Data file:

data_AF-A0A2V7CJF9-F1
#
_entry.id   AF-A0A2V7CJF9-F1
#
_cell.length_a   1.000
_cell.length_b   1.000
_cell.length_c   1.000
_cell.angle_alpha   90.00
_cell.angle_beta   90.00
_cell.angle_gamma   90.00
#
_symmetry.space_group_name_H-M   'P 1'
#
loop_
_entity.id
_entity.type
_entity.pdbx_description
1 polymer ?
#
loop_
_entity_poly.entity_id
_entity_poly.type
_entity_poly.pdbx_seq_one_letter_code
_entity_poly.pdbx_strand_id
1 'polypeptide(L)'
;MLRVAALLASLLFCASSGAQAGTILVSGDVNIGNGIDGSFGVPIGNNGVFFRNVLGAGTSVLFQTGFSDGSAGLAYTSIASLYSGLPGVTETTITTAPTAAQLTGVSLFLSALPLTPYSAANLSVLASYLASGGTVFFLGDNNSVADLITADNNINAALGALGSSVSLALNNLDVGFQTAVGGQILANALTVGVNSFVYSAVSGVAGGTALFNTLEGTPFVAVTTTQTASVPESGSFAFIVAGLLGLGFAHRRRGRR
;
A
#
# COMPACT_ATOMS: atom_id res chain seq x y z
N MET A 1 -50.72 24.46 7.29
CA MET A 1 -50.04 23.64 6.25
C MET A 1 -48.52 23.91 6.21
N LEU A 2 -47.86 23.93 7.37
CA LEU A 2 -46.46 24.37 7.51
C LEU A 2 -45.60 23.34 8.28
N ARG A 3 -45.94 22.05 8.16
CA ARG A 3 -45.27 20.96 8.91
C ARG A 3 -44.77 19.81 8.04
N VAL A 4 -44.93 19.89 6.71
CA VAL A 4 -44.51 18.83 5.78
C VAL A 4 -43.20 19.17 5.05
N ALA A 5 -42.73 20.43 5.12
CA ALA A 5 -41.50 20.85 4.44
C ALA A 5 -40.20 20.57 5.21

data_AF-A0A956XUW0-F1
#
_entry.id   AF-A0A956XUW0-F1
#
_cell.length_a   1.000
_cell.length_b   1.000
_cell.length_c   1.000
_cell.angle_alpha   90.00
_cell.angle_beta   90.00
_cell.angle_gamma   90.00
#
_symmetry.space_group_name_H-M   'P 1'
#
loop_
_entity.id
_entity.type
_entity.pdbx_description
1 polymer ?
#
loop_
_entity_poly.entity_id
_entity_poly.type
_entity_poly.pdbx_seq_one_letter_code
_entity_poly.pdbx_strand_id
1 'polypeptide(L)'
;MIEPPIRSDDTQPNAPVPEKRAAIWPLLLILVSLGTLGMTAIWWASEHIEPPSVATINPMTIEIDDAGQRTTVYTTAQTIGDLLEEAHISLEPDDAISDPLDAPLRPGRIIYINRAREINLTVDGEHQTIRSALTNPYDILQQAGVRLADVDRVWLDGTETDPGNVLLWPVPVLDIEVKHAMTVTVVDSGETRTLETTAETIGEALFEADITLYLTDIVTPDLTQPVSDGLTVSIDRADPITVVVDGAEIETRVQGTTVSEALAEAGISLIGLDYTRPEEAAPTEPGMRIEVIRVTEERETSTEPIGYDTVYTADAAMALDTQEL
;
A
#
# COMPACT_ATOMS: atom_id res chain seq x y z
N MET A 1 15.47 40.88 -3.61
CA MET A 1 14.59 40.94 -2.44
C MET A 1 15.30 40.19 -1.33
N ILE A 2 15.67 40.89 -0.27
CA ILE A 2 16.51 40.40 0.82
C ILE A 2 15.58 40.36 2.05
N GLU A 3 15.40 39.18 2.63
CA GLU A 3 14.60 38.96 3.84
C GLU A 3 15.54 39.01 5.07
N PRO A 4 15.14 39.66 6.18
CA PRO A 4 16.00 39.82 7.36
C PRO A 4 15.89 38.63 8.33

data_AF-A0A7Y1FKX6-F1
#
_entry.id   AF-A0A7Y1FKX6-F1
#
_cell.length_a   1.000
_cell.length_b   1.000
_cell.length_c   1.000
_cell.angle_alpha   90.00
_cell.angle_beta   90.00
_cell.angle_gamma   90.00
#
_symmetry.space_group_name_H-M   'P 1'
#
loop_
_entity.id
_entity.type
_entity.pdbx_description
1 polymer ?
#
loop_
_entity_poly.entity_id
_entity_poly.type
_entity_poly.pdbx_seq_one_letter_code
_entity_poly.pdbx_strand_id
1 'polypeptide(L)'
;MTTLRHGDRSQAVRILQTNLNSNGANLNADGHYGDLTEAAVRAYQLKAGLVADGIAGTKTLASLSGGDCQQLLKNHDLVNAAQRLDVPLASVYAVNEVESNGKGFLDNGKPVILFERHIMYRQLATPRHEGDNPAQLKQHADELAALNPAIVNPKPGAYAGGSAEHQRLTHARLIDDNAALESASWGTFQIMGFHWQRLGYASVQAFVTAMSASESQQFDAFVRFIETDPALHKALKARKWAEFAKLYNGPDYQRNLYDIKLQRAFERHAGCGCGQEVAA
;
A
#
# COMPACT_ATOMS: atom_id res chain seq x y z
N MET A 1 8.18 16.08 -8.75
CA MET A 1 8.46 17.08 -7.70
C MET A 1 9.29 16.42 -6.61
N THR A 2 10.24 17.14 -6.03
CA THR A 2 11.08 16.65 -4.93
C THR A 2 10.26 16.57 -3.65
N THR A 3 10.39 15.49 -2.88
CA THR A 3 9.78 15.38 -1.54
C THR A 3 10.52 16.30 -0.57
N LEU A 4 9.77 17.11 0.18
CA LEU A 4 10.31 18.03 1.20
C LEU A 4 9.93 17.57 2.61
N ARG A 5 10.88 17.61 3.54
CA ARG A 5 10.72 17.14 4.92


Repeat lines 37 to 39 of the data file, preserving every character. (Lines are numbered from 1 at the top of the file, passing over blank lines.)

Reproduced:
N ARG A 3 -45.94 22.05 8.16
CA ARG A 3 -45.27 20.96 8.91
C ARG A 3 -44.77 19.81 8.04